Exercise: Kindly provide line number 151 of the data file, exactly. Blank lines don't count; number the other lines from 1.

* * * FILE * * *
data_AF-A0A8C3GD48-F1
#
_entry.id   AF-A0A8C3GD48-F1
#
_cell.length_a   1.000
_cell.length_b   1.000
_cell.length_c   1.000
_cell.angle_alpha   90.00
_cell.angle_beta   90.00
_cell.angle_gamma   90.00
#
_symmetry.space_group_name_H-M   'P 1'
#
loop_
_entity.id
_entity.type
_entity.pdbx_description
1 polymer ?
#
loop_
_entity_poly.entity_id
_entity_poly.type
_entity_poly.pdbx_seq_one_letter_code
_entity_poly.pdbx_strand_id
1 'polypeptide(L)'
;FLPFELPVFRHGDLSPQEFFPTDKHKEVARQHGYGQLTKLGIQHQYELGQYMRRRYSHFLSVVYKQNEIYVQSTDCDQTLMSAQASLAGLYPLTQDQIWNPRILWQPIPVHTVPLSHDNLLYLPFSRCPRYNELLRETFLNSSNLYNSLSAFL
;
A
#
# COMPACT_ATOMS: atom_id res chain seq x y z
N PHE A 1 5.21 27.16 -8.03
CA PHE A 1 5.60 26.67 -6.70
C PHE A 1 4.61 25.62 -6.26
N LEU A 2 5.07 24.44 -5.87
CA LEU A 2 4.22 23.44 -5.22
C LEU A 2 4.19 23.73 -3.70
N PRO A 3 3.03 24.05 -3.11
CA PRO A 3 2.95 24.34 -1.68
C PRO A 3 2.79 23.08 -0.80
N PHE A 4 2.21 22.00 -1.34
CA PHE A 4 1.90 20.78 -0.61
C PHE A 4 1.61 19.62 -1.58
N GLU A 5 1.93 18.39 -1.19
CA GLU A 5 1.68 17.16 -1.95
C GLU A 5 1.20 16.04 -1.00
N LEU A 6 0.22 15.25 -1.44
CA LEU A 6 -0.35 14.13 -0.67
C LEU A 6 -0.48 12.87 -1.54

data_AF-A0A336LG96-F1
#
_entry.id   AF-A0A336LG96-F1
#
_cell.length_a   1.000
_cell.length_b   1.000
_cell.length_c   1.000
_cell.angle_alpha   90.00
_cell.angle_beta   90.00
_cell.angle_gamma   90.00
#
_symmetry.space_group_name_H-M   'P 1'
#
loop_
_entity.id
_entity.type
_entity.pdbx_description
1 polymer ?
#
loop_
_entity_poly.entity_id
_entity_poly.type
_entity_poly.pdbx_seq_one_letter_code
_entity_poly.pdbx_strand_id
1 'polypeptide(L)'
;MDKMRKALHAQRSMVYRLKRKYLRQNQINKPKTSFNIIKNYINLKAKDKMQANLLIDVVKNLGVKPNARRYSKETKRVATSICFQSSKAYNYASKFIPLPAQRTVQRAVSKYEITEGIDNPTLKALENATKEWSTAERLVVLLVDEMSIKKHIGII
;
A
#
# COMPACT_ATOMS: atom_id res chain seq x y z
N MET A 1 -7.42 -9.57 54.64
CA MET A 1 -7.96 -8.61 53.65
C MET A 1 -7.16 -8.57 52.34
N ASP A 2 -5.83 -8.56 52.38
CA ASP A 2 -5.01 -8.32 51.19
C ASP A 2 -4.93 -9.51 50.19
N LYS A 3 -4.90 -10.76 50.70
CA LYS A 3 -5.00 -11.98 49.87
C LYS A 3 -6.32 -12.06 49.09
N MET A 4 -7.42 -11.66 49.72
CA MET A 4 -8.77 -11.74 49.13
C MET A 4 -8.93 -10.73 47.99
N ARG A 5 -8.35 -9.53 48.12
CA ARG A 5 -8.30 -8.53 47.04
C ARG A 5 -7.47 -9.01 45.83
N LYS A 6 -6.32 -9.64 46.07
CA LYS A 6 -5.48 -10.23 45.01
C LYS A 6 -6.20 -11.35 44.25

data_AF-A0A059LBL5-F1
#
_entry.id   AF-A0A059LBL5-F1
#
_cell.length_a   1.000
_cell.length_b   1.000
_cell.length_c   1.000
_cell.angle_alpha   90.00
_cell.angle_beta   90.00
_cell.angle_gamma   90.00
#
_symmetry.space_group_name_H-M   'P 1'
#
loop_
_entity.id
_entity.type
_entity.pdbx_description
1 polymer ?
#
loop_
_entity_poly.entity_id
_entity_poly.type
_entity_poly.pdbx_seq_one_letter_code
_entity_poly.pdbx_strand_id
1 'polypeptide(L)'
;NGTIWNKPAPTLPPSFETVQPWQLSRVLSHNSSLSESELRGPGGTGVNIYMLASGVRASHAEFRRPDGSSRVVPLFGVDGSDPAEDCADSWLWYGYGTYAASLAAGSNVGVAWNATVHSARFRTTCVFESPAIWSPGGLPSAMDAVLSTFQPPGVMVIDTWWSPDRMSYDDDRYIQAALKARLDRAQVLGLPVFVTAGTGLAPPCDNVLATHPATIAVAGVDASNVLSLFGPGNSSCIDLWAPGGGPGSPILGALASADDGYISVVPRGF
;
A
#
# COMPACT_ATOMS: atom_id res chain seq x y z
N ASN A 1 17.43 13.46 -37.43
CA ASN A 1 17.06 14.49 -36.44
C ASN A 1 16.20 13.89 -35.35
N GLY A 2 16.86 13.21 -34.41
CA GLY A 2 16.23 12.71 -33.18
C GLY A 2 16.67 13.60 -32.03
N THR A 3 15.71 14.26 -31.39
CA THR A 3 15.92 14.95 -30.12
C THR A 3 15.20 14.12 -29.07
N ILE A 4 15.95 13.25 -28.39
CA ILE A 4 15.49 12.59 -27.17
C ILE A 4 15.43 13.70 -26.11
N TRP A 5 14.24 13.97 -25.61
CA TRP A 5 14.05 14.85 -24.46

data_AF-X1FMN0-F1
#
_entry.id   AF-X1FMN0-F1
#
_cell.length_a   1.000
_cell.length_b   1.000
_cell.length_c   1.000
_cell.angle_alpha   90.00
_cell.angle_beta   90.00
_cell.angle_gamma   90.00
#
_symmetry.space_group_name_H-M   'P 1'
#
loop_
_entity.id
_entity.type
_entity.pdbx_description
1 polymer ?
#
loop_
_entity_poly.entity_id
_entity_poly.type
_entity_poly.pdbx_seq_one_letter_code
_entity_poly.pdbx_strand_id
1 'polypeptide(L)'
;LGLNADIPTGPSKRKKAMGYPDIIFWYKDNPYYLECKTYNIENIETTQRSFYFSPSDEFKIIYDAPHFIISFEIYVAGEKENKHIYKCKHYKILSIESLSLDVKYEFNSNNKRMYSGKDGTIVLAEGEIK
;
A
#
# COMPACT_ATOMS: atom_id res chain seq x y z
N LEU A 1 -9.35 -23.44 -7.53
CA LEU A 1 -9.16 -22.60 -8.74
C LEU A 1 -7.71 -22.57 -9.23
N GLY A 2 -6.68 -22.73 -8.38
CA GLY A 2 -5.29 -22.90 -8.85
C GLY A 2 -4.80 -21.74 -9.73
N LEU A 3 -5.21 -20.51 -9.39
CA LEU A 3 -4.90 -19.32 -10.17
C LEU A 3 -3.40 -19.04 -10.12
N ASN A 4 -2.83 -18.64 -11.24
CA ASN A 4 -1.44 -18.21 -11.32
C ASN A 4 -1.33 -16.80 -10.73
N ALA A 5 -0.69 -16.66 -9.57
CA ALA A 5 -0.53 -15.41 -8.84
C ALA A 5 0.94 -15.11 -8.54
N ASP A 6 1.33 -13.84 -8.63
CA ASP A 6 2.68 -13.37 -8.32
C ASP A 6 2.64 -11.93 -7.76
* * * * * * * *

#